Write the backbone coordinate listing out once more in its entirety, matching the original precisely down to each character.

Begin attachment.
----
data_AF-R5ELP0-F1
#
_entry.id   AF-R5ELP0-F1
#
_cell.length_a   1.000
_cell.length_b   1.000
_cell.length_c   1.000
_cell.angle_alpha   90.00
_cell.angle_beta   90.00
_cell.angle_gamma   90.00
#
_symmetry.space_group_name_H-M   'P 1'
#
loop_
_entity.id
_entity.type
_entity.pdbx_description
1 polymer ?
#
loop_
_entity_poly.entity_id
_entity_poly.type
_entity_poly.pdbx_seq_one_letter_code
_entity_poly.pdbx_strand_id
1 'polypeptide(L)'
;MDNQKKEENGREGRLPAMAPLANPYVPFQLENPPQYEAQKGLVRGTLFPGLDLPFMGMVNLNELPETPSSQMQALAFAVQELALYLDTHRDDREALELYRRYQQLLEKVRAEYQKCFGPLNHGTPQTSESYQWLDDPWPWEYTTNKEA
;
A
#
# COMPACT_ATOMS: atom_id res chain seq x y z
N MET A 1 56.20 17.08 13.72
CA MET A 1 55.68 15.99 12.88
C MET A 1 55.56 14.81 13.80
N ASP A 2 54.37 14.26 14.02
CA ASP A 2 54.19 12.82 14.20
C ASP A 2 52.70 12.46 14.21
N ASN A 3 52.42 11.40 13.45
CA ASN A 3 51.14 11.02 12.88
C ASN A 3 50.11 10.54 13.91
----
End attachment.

data_AF-R5ELP0-F1
#
_entry.id   AF-R5ELP0-F1
#
_cell.length_a   1.000
_cell.length_b   1.000
_cell.length_c   1.000
_cell.angle_alpha   90.00
_cell.angle_beta   90.00
_cell.angle_gamma   90.00
#
_symmetry.space_group_name_H-M   'P 1'
#
loop_
_entity.id
_entity.type
_entity.pdbx_description
1 polymer ?
#
loop_
_entity_poly.entity_id
_entity_poly.type
_entity_poly.pdbx_seq_one_letter_code
_entity_poly.pdbx_strand_id
1 'polypeptide(L)'
;MDNQKKEENGREGRLPAMAPLANPYVPFQLENPPQYEAQKGLVRGTLFPGLDLPFMGMVNLNELPETPSSQMQALAFAVQELALYLDTHRDDREALELYRRYQQLLEKVRAEYQKCFGPLNHGTPQTSESYQWLDDPWPWEYTTNKEA
;
A
#
# COMPACT_ATOMS: atom_id res chain seq x y z
N MET A 1 56.20 17.08 13.72
CA MET A 1 55.68 15.99 12.88
C MET A 1 55.56 14.81 13.80
N ASP A 2 54.37 14.26 14.02
CA ASP A 2 54.19 12.82 14.20
C ASP A 2 52.70 12.46 14.21
N ASN A 3 52.42 11.40 13.45
CA ASN A 3 51.14 11.02 12.88
C ASN A 3 50.11 10.54 13.91